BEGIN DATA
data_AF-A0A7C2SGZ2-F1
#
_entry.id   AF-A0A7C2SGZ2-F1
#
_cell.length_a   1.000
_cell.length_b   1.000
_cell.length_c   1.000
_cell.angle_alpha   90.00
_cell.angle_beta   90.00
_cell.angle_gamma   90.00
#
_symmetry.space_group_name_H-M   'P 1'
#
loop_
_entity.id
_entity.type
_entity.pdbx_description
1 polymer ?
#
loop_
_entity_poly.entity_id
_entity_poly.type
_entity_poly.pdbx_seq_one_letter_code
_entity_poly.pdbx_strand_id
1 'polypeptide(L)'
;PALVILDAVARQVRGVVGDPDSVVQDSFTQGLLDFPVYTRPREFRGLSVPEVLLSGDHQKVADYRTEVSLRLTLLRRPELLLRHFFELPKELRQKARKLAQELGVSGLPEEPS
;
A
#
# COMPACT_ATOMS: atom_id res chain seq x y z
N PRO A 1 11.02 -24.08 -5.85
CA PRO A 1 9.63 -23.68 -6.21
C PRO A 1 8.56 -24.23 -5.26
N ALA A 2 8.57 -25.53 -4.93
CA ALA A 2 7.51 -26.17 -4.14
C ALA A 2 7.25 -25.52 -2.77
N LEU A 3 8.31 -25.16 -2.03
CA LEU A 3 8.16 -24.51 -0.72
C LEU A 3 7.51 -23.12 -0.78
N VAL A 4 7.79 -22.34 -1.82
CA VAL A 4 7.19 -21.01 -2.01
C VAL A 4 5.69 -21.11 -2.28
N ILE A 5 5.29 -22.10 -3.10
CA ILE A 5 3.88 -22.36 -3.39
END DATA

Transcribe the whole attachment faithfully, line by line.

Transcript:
data_AF-A0A7C2SGZ2-F1
#
_entry.id   AF-A0A7C2SGZ2-F1
#
_cell.length_a   1.000
_cell.length_b   1.000
_cell.length_c   1.000
_cell.angle_alpha   90.00
_cell.angle_beta   90.00
_cell.angle_gamma   90.00
#
_symmetry.space_group_name_H-M   'P 1'
#
loop_
_entity.id
_entity.type
_entity.pdbx_description
1 polymer ?
#
loop_
_entity_poly.entity_id
_entity_poly.type
_entity_poly.pdbx_seq_one_letter_code
_entity_poly.pdbx_strand_id
1 'polypeptide(L)'
;PALVILDAVARQVRGVVGDPDSVVQDSFTQGLLDFPVYTRPREFRGLSVPEVLLSGDHQKVADYRTEVSLRLTLLRRPELLLRHFFELPKELRQKARKLAQELGVSGLPEEPS
;
A
#
# COMPACT_ATOMS: atom_id res chain seq x y z
N PRO A 1 11.02 -24.08 -5.85
CA PRO A 1 9.63 -23.68 -6.21
C PRO A 1 8.56 -24.23 -5.26
N ALA A 2 8.57 -25.53 -4.93
CA ALA A 2 7.51 -26.17 -4.14
C ALA A 2 7.25 -25.52 -2.77
N LEU A 3 8.31 -25.16 -2.03
CA LEU A 3 8.16 -24.51 -0.72
C LEU A 3 7.51 -23.12 -0.78
N VAL A 4 7.79 -22.34 -1.82
CA VAL A 4 7.19 -21.01 -2.01
C VAL A 4 5.69 -21.11 -2.28
N ILE A 5 5.29 -22.10 -3.10
CA ILE A 5 3.88 -22.36 -3.39